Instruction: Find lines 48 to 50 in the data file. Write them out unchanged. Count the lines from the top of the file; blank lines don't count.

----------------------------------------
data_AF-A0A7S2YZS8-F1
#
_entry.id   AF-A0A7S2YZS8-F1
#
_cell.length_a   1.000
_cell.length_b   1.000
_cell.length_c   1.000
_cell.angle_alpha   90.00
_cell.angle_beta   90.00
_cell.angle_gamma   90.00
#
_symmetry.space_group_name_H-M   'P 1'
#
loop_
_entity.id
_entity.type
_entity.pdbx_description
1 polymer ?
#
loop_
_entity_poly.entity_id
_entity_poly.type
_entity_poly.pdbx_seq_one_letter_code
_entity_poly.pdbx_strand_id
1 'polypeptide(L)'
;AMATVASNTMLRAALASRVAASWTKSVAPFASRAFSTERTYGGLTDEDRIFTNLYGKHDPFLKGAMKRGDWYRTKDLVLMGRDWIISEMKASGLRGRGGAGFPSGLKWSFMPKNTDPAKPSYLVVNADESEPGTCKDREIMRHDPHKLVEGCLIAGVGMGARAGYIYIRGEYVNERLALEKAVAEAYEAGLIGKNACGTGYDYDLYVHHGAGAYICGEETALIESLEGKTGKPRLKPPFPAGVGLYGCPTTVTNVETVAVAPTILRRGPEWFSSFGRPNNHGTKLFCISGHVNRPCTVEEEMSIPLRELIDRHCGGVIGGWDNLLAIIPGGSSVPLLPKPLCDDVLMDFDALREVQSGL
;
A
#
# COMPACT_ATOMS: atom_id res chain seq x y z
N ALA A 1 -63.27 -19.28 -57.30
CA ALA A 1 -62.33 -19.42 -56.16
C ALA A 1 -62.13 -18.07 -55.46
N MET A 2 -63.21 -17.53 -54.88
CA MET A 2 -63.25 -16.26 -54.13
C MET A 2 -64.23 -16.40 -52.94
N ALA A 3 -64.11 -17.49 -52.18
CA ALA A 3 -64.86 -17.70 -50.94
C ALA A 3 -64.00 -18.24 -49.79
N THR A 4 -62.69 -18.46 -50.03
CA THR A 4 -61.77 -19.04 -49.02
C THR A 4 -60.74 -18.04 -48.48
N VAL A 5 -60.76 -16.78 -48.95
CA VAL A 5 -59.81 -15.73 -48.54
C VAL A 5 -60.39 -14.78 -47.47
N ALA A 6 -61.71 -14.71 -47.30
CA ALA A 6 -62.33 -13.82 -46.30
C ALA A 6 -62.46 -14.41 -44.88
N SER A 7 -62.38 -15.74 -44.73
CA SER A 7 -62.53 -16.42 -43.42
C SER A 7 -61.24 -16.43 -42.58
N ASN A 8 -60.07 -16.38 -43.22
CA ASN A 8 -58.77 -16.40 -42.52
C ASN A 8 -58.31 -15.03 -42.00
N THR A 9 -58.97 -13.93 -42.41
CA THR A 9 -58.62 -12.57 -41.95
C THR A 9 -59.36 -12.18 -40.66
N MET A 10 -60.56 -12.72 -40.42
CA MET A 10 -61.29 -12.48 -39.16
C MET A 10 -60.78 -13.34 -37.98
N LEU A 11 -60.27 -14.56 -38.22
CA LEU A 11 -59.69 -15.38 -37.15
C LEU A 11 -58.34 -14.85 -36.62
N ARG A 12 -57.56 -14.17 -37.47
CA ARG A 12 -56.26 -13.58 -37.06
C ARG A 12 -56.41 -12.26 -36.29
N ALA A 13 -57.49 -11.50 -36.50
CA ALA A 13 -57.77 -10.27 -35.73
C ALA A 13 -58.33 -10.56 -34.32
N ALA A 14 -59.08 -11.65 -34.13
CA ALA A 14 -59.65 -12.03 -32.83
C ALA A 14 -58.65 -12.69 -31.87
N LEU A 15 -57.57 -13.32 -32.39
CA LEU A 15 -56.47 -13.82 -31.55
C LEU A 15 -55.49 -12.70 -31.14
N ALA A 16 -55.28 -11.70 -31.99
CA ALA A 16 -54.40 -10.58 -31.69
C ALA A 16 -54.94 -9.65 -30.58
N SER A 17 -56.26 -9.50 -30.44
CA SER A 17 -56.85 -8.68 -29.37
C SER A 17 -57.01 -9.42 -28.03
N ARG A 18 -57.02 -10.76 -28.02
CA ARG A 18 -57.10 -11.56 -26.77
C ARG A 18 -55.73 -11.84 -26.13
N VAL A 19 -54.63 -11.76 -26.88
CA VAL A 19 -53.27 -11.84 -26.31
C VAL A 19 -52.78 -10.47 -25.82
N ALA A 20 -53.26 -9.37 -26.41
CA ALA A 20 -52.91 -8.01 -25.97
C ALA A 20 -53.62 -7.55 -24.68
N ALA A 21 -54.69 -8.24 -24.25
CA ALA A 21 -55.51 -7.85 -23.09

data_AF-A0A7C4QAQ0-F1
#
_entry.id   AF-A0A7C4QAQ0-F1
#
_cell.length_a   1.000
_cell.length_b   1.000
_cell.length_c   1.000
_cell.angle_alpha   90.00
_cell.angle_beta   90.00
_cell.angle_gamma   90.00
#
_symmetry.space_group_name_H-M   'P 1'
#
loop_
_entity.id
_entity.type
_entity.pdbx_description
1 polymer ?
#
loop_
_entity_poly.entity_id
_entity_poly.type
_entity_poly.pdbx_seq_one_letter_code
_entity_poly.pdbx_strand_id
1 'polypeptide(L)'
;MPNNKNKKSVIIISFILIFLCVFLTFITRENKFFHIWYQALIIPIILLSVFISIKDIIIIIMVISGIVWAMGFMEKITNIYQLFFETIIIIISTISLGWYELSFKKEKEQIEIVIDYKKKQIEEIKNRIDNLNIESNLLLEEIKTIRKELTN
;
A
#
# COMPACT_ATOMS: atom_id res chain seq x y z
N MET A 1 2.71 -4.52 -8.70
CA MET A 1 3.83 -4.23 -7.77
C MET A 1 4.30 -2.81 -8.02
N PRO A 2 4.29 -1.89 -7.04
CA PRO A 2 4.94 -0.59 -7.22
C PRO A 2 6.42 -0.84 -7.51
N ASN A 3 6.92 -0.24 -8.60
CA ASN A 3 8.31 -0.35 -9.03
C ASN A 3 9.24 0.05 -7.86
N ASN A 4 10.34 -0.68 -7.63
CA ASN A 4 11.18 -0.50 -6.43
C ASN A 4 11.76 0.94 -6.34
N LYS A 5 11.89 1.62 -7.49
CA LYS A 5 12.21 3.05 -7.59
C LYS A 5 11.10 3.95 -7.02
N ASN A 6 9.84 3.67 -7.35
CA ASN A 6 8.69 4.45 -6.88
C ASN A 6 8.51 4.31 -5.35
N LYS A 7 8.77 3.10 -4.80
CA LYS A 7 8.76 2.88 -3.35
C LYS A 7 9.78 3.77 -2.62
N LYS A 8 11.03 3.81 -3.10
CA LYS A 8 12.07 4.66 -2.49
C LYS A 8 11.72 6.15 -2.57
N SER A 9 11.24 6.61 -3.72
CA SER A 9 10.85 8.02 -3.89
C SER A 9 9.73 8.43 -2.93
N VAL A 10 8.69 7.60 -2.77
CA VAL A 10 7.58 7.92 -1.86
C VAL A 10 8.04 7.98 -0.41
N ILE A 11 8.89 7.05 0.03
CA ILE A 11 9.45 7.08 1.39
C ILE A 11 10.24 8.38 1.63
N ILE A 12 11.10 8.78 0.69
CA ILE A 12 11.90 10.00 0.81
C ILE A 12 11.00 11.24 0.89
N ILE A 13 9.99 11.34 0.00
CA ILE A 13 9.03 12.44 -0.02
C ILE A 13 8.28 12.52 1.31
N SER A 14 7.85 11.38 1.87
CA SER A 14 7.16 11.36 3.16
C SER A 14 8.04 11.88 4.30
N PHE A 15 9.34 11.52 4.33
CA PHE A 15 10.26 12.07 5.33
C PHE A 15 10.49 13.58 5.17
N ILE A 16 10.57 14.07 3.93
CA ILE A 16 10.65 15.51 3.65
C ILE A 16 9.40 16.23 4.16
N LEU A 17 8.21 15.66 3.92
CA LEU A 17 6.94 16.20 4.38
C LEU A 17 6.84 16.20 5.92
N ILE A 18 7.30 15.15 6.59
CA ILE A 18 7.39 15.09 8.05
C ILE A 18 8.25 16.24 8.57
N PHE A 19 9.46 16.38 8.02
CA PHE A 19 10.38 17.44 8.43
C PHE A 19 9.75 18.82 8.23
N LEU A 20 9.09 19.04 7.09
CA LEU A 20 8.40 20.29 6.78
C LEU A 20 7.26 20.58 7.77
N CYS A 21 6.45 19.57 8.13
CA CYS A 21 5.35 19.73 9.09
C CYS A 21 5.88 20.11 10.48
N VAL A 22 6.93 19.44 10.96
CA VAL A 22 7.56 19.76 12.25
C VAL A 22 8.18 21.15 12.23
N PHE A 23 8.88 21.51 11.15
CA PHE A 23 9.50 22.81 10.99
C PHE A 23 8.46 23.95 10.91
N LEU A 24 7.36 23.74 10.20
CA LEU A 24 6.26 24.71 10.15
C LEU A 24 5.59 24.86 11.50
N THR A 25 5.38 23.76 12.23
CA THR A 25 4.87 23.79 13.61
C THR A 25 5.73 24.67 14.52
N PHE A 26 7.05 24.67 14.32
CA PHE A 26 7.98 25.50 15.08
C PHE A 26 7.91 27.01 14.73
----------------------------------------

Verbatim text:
C ALA A 6 -62.46 -14.41 -44.88
N SER A 7 -62.38 -15.74 -44.73
CA SER A 7 -62.53 -16.42 -43.42